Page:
But This is Who I Am

I often remember traveling; remember the trains. They are the easiest to recall because I ride the train here sometimes. I would be on a train sometimes for two days with my big green back-pack. I remember the Roman I met in Aranjuez, he was raising money for AIDS research. I bought a pink silk camisole in Paris and I wore it in Aranjuez for myself. For me and for Nobokov and Lolita and Henry James and the whole gang. We had a grand party. Dried nuts and fruits and everything.

Sometimes I’d rather be alone. I can identify and deal with it better than anything. Sometimes I wonder when I’ll have cause to mention any part of the past year to anyone. How will it be relevant in any way beyond a storehouse of internal beauty to which I can retreat and wonder if it wasn’t all a dream? A dream that I privately remember while my secretary drops the mail on my desk. Like these entries.

“But this is who I am,” a voice will nudge inside of me, while I smile into some eyes one evening. Eyes that stare back at my glittery eye shadow and tell me about the professional singer who sang on Amateur Night over at the St. Mark’s Bar. A third party will help us strike up a whole conversation about the kind of joint that place used to be. I’ll tell him that a friend of mine works there and what kind of place it is now. But I won’t tell them that this friend is not really my friend. That I’ve been thinking lately that I don’t really trust the guy so much and how I’m realizing that it’s time, after all the shoddy attempts at communication, to let him slip away.

I shift on my feet. I’m anxious because the rhythm of the train is slipping away, down my spine. It’s becoming opaque and obscure. My present company is distracting me and now I’m thinking about someone who should be slipping away when, instead, it’s the rhythm of the trains that’s slipping.

I’m losing it and I’m distracted. And I know those eyes that belong to that man across from me do not want to be looking at my glittery eye shadow. It is distracting him from remembering the dream he had last night. It scared him and he tried to brush it off his shoulder this morning with his freshly shaven whiskers. He was glad when his secretary brought him his mail this morning, because that was the sane thing to do– to shuffle through his mail and to organize it with paper clips. But it’s evening now and he’s holding a drink that he doesn’t want and he’s irritated with my eye lids, as much as he’d like to kiss them sometime, too. But that would be like succumbing to the dream that keeps poking at his shoulder with that one whisker that he missed, like the voice that nudges inside, “But this is who I am.”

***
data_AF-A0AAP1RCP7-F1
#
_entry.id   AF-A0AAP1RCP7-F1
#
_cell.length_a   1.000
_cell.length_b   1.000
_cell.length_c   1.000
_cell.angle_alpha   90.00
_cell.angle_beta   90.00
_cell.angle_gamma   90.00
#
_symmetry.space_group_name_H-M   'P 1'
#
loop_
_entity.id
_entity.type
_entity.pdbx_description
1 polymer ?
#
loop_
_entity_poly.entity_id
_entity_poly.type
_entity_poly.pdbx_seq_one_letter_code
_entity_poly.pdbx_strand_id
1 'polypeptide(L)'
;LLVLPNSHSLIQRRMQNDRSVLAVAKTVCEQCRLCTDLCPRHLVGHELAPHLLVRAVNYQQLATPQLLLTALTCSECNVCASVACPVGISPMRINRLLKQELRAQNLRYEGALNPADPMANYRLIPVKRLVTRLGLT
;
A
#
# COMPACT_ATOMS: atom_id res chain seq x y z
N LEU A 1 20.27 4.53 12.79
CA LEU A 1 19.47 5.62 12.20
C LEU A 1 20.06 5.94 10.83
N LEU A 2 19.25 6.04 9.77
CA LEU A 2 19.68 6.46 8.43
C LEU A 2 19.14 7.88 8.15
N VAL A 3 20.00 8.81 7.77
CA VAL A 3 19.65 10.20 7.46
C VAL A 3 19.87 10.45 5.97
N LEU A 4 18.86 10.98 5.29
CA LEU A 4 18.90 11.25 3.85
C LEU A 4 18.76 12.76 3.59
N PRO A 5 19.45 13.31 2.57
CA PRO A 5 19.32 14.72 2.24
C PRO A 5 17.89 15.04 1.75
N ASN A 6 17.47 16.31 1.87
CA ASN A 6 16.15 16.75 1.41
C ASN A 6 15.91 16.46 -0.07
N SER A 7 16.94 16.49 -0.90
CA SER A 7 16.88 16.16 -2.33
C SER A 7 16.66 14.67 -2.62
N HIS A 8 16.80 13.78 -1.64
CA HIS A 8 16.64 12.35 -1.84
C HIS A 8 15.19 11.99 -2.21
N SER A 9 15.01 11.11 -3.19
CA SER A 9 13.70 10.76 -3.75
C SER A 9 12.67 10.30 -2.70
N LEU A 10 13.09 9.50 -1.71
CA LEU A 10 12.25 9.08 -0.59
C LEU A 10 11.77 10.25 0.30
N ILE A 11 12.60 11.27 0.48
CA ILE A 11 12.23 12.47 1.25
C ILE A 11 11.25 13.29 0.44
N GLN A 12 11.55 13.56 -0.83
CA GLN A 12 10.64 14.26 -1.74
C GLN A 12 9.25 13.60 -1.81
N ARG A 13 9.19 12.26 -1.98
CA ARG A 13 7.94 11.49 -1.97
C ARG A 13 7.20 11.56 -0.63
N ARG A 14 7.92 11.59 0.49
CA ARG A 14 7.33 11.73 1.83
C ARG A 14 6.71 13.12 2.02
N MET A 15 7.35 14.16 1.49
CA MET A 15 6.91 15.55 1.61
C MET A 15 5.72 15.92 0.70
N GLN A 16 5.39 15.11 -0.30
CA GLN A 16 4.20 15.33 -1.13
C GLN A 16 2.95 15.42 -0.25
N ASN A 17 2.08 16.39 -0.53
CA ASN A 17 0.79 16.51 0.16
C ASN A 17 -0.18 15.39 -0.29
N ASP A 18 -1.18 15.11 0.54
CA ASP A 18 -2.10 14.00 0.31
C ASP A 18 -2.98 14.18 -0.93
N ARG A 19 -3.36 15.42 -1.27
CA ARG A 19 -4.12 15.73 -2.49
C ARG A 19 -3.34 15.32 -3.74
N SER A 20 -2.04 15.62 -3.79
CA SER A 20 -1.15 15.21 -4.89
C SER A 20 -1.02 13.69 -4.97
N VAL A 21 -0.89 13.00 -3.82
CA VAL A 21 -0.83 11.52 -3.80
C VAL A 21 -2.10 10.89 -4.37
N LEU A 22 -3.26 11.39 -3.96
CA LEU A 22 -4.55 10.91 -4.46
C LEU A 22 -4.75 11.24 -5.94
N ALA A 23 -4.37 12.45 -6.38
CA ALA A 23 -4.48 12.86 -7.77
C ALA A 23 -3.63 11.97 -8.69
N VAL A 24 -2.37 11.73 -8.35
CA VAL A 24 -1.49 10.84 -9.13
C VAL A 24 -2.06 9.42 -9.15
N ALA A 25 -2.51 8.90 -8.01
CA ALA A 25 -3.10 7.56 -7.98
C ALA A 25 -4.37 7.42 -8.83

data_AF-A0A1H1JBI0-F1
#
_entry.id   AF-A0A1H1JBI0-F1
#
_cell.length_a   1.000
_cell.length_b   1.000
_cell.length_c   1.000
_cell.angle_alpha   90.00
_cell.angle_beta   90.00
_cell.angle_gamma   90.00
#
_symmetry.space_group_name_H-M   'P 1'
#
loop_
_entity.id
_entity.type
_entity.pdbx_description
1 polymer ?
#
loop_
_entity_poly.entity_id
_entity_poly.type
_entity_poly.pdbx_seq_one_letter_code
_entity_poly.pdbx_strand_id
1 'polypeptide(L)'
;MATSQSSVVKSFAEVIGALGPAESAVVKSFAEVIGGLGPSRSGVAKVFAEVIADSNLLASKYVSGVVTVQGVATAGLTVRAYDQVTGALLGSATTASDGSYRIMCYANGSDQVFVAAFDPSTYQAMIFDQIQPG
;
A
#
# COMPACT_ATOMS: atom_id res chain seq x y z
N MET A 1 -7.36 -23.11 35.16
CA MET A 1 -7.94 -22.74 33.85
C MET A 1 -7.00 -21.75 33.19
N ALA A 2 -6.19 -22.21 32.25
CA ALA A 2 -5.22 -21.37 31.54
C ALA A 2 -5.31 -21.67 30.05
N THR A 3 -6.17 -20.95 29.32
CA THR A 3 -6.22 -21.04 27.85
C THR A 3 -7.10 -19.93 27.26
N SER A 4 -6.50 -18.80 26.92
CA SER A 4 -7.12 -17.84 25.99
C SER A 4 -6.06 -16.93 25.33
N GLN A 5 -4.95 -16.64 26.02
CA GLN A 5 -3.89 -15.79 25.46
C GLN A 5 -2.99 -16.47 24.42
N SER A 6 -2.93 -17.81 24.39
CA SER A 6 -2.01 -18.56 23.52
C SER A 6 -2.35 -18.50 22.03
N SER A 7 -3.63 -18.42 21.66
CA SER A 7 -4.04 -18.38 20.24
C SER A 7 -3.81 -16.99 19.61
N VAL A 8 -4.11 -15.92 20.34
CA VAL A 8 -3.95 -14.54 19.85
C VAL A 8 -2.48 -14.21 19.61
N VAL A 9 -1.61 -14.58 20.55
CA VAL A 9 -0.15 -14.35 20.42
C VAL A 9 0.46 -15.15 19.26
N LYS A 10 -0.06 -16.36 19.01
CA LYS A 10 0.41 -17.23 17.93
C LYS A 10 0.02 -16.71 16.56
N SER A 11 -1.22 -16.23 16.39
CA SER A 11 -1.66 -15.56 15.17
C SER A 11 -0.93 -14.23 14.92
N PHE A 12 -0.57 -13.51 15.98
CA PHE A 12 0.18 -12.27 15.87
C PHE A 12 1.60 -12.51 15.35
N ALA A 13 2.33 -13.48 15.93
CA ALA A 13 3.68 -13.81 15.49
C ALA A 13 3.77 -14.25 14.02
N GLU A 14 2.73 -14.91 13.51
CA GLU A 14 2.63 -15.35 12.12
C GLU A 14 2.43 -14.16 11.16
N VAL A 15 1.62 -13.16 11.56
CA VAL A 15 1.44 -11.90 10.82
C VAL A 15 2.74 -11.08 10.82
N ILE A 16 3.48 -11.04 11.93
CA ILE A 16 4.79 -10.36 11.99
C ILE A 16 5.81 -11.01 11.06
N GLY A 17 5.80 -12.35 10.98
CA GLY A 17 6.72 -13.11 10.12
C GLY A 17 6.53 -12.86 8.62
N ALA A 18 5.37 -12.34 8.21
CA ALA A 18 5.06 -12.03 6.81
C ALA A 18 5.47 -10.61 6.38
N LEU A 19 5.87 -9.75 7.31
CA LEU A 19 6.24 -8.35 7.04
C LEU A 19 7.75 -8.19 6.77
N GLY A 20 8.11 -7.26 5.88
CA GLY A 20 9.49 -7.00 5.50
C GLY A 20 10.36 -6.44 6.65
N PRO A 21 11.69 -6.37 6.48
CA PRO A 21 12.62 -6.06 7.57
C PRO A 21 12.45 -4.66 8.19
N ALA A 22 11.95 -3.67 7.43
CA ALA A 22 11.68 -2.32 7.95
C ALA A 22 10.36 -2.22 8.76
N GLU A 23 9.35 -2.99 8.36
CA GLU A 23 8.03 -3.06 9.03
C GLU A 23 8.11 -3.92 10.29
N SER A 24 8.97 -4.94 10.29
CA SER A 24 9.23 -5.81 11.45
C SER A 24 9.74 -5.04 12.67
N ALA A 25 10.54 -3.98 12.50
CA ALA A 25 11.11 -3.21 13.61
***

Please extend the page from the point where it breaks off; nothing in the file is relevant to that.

My lips move, “How true…” as I think back to my apartment in Florence. I think back to cakey white walls and Megan and Tammy. I am recalling the risky conversation we might have had, that we all felt we were having. We all felt we were trying to tell each other something. Something secret about a dark place we had been.

“There’s a very fine line between going crazy and being sane.”

“Really, one could snap. One could go at any minute.”

I had secret thoughts then that made me shift my feet. I recalled the newsman in Natural Born Killers going ballistic in the prison bathroom, killing. I identified with him. I felt like killing. But I knew I never would and I crossed and uncrossed my legs and a voice whispered, “But this is who I am.” And I sent the most subliminal message and I wanted people to read my mind.

The third guy has got cracked mud on his shoulder and an empty room in the back of his head that propels him forward. His teeth propel forward into the conversation. From the side you can really see the momentum. He wants us to confide in him, pour ourselves into his empty room. It has southern exposure, but the blinds are drawn and it’s overcast anyway. There is a table and it’s cold and white and it does not belong to him. He just uses it to put down his milk and his keys. There is a sofa, in the purest sense of the word. It’s wool and of just that sort of yellow and green tweed design that makes it seem to have always been there, like it arrived there all on its own some long time ago. It does not belong to him. It was there and so he uses it. And there is a bare bulb and a string hanging from the ceiling.

He wants us to re-affirm his room and his protruding teeth. He is sad and when he is alone, he thinks that the sofa is maybe not so bad and, in a way, he even kind of likes it because it holds him at night and in those moments, he at least feels like something is his.

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